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Regarding flying without five feet of wing (NewsWire, Aug. 22) ...
The picture appears to be that of a P210. Five feet is an exaggeration since it appears from the photo that the aileron is intact and that surface extends to the tip.
With extended wingtips incorporating a fuel tank, such as those provided by Flint, at most the plane was missing two feet of its wing -- essentially just the tip tank.
Also with the damage shown, most of it would have been hidden from the cockpit. However, he pilot should have noticed the change in the downward curved portion of the tip.
Electronic Flight Bags For GA
Brad Ellis raised a good point about electronic flight bags (AVmail, Aug. 22). His personal experience showed that they don't work under high-altitudes (i.e., low air pressure).
The problem is not in the hard drive; these are vented, mechanical units. He doesn't mention what brand EFB he was using when it failed, but if it had a plasma screen, that would be the problem.
Plasma screens are bright and high-contrast -- great for a sunlight environment -- and relatively inexpensive. But unless built for high-altitude, they'll fail to respond as the pressure drops. Restore the pressure and the display comes back.
Plasma TV manufacturers have special "high-altitude" units for mountain cabins and motorhomes. The same could be had for EFBs.
The glass cockpit in the new Cirrus and other planes use liquid-crystal displays (LCDs) instead of plasma for this reason -- they're unaffected by pressure changes (though LCDs do cost more than plasma).
Better Vision Through Shaded Contacts
I was very interested in the above article (NewsWire, Aug. 22), as I have worn glasses and contacts for 24 years.
Accordingly I posed these questions to the New Zealand Civil Aviation Authority Medical Team:
- Have you heard anything about this type of contact lens?
- Your thoughts on the suitability of type of lens.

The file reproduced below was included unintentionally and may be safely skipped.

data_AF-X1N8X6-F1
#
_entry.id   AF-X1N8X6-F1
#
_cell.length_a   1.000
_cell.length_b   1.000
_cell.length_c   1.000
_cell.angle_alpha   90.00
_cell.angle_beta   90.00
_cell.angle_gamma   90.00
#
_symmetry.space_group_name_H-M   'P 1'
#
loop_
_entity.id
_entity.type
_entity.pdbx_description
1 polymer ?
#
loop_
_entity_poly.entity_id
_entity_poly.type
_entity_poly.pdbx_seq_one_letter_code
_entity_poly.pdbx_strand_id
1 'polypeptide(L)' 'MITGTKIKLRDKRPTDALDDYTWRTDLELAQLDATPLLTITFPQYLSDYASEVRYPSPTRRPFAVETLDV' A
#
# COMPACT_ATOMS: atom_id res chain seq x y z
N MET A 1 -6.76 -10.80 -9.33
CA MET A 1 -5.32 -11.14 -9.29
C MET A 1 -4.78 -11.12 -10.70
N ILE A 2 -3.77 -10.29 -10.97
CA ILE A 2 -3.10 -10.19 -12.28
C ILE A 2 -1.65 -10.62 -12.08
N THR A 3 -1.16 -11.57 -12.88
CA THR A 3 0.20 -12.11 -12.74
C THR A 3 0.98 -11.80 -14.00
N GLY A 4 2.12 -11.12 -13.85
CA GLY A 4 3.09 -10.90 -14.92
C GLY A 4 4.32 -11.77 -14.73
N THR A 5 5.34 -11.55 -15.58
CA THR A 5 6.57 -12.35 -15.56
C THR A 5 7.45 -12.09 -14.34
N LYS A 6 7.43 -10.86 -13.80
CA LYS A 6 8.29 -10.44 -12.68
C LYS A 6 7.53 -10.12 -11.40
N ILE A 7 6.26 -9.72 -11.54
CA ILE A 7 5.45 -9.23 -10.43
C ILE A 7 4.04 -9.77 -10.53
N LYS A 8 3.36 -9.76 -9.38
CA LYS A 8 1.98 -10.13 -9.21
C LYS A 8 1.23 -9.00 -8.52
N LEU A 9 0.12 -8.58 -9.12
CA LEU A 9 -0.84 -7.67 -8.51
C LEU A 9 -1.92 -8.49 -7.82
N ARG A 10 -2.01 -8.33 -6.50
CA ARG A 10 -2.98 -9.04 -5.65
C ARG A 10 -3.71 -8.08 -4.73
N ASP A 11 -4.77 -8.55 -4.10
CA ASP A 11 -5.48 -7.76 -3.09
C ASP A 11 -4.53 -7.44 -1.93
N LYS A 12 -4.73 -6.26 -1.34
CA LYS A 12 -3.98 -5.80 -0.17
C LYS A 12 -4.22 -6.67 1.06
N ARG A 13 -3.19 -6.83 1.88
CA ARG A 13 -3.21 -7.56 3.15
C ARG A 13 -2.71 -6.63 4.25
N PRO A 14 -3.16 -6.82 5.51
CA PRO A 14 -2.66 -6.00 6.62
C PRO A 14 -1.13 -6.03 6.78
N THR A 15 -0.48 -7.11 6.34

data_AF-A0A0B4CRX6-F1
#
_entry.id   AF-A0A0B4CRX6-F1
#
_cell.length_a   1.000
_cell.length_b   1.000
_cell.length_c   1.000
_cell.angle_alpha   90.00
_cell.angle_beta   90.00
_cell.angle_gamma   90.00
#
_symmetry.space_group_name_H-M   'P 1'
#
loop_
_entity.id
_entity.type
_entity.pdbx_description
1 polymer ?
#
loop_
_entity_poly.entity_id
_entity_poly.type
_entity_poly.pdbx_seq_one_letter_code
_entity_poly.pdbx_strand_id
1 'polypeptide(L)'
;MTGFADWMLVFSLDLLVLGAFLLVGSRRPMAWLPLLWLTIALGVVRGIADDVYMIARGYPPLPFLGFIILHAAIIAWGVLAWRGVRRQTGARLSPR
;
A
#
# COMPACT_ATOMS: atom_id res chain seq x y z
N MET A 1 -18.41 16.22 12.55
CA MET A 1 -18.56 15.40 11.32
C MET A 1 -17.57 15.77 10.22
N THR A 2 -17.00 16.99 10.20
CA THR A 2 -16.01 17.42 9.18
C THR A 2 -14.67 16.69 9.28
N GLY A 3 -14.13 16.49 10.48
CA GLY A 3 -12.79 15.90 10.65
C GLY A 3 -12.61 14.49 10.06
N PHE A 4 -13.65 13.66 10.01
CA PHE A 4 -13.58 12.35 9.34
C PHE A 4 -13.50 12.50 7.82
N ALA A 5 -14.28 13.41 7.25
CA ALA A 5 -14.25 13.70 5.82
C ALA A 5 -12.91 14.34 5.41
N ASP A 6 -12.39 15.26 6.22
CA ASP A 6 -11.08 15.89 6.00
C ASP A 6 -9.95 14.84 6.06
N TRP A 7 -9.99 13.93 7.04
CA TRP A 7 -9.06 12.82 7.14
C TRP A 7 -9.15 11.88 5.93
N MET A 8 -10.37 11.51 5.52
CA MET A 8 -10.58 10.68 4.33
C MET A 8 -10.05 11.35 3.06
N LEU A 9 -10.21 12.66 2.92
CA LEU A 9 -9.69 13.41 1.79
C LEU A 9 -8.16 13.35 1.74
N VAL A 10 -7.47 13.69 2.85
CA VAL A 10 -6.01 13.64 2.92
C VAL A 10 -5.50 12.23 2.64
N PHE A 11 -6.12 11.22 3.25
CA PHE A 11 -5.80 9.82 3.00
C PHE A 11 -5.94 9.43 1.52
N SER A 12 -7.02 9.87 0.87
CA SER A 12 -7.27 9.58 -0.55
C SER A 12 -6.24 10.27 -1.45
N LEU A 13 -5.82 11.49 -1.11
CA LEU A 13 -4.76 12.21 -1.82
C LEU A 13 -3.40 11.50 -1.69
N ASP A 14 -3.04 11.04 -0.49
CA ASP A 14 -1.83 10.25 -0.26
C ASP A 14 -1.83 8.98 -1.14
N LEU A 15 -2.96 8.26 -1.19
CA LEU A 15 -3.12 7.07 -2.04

I received the following reply from Dr. Claude Preitner, a respected CAA Medical Officer:
This is in response to your inquiry regarding tinted contact lenses.
Annex I to the Convention on International Civil Aviation specifies that contact lenses may be used to meet the visual requirements provided that the lenses are monofocal and non-tinted.
In view of this and considerations of the aviation environment and visual tasks, it is most unlikely that we would accept tinted contact lenses.
In response to your specific questions:
Question 1: Yes
Question 2: Not suitable
Given that the document referred to is an international one, I suspect that a similar view would be held by most aviation authorities and any pilot using this type of lens could find themselves outside of their license provisions and hence outside of insurance coverage in the event of an accident.
You may wish to follow up on this with your contacts in other countries.
Les & Jude McKendry
The Right to Flight
I fly into and out of the ADIZ and near the Flight Restricted Zone inside Washington Class B airspace. I know personally of the horrors and lunacy that this juggernaut of bureaucratic one-upmanship has created. There are no checks and balances, no quality assurance or QA measures in effect. Your online editorial is well-timed (ATIS, Aug. 25) ... perhaps the lack of response to the proposed legislation is the result of apathy from a group (aviators) that has been cowed into submission by government heavies (FAA, TSA, etc.) Until someone makes a documentary on television, it will be difficult to make this message more than a cry from the wilderness.
Dornier Do 24
In describing the visit of the Do 24 to New York, you said a similar seaplane came to New York in 1931 (NewsWire, Aug. 25). That visit was made by the 10-engined Do X. The first flight of the prototype Do 24 was in July 1937.
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